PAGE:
Gandhi Smriti formerly known as Birla House or Birla Bhavan, is a museum dedicated to Mahatma Gandhi, situated on Tees January Road, formerly Albuquerque Road, in New Delhi, India. It is the location where Mahatma Gandhi spent the last 144 days of his life and was assassinated on January 30, 1948. It was originally the house of the Indian business tycoons, the Birla family. It is now also home to the Eternal Gandhi Multimedia Museum,which was established in 2005.
The Birla House was purchased from KK Birla, in 1966, by the Government of India, after protracted and tough negotiations, in which, according to some reports, he even included the cost of fruit trees in the sale price. Eventually KK Birla, sold the property to the Government for Rs 5.4 million ( Rs 54 Lakhs) in cash and seven acres prime urban land in exchange, which was considered a very profitable deal.  Birla House opened for the public on August 15, 1973, renamed the Gandhi Smriti (or Gandhi Remembrance). The museum in the building houses a number of articles associated with Gandhi's life and death. Visitors can tour the building and grounds, viewing the preserved room where Gandhi lived and the place on the grounds where he was shot while holding his nightly public walk. Gandhi was shot during his prayers at the place where Martyr's Column now stands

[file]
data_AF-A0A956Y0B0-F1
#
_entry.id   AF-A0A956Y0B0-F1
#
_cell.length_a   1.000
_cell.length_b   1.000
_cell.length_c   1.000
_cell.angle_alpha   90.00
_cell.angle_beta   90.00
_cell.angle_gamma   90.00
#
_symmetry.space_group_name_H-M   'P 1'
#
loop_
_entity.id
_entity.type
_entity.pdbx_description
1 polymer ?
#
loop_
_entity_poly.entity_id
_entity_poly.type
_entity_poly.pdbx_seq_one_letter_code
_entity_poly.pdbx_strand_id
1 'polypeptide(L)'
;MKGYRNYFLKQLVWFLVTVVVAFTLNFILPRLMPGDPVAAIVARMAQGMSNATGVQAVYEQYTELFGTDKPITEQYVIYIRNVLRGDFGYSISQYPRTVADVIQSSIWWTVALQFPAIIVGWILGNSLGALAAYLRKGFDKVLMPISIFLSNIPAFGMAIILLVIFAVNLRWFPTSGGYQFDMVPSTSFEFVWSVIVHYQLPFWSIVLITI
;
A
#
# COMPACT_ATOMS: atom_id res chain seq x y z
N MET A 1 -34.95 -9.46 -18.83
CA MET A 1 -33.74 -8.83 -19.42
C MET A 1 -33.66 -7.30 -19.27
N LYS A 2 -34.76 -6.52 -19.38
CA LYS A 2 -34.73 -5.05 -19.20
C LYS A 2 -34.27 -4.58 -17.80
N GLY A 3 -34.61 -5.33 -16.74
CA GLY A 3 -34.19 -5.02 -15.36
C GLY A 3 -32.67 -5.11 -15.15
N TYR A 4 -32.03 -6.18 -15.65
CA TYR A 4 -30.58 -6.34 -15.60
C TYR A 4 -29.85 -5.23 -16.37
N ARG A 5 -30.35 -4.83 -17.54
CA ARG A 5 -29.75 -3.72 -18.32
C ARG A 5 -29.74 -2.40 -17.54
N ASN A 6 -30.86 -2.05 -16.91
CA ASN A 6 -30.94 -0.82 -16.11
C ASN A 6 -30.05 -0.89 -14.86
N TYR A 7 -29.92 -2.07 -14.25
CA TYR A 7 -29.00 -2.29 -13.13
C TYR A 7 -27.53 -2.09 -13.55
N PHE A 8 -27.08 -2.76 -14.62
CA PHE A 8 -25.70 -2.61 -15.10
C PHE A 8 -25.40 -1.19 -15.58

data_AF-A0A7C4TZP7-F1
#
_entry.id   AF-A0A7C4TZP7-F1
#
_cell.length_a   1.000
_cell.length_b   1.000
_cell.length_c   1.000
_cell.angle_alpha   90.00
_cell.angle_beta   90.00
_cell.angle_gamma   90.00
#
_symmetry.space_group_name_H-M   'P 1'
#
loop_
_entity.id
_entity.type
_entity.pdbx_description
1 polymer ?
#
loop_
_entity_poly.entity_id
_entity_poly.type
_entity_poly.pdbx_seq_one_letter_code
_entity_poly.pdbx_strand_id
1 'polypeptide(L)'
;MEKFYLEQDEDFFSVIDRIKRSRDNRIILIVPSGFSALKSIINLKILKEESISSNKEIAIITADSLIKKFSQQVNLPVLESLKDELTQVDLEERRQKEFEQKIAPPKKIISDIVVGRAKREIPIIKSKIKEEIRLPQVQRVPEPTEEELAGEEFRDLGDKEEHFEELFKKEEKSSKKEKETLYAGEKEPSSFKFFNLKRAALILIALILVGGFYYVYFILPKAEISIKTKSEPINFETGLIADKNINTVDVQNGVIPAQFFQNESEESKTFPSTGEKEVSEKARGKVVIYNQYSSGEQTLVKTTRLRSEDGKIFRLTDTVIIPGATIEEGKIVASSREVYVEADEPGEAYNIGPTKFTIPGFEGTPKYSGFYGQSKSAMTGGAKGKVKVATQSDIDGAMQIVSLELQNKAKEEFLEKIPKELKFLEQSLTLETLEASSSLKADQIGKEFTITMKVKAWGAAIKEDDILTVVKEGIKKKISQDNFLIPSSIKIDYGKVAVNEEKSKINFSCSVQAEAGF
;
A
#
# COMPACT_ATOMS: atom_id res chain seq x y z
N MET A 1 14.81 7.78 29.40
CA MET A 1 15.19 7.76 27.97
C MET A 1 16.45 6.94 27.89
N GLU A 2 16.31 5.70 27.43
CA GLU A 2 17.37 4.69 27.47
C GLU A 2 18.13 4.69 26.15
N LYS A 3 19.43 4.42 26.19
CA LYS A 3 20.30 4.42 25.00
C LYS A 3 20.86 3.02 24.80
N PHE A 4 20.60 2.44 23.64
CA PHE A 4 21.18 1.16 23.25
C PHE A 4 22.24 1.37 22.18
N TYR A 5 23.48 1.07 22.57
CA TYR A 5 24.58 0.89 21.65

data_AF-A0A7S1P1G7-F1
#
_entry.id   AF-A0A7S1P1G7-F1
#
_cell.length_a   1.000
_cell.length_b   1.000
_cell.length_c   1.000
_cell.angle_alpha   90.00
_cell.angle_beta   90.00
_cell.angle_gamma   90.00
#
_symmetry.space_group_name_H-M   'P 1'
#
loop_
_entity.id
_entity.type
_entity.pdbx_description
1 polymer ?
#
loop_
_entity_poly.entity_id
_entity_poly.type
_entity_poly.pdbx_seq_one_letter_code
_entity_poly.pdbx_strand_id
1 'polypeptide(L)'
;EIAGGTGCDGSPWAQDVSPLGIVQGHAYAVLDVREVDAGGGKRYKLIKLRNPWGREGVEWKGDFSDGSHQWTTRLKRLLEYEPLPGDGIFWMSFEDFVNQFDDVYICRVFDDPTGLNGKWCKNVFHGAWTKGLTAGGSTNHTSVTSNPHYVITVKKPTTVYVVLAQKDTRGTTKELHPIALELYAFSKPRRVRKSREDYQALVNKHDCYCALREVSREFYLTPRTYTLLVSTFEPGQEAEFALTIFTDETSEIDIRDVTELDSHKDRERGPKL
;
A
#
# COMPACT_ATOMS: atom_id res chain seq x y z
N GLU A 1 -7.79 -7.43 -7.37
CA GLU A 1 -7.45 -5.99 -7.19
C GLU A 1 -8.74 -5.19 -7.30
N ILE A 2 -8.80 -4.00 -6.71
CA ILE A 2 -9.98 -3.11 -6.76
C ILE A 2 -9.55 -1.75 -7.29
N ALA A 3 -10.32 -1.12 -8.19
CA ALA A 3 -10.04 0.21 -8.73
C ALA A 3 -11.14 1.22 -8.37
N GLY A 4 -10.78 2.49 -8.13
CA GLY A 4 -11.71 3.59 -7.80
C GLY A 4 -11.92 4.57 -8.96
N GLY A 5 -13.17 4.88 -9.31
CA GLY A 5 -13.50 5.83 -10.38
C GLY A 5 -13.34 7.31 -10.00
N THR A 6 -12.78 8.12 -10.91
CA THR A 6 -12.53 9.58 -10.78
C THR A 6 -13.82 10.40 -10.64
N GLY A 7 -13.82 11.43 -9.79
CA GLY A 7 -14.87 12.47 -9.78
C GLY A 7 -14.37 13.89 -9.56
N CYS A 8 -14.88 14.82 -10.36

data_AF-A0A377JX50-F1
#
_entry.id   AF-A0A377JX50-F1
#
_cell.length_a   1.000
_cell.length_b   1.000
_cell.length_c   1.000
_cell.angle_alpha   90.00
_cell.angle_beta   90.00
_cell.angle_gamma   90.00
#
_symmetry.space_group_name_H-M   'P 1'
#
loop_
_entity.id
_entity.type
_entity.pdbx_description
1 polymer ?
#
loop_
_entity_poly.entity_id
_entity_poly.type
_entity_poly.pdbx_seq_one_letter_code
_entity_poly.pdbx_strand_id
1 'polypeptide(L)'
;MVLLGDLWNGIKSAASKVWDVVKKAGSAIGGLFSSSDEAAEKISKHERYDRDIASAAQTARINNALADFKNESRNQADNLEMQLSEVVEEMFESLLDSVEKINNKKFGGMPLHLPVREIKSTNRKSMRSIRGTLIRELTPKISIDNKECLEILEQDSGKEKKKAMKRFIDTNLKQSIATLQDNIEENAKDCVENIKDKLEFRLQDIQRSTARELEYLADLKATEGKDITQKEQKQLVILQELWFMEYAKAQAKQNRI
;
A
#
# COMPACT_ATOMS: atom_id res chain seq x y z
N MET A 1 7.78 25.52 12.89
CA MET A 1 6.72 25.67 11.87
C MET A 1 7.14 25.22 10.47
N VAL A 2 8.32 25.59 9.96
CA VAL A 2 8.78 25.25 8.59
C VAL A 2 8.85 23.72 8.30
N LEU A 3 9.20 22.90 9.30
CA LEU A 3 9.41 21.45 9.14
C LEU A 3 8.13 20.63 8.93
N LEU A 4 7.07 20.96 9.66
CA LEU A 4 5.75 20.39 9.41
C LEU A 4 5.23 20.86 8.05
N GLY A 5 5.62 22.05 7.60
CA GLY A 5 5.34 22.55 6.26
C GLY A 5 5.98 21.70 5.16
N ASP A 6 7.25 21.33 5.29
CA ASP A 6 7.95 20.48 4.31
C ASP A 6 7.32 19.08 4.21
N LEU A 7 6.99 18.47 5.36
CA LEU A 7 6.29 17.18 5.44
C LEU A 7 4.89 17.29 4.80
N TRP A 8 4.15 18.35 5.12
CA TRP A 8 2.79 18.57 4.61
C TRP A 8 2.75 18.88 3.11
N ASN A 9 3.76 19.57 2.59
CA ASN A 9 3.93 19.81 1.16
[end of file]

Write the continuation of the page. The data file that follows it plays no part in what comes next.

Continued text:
The Martyr's Column now marks the place where Gandhi, the "Father of the Nation" was assassinated.
Outside the house stands a pillar that contains a swastika symbol. The prominence of the pillar means that it has been used as a visual example of the way the ethical meaning of the swastika symbol has changed in the West in the 20th century. The same pillar also contains the Sanskrit symbol for the meditation sound, Om.
- Tushar A Gandhi, 'Let's Kill Gandhi!': A CHRONICLE OF HIS LAST DAYS, THE CONSPIRACY, MURDER. INVESTIGATIONS AND TRIAL (New Delhi, Delhi: Rupa & Co, 2007).p 570-71
- See, e.g., Koehler, Jr., Wallace C. and June Lester. 2007. Fundamentals of Information Studies, 2nd ed. New York: Neal Schuman Publishers, Inc. 347-48: "for Hindus and Buddhists, the swastika symbol is a representation of good."
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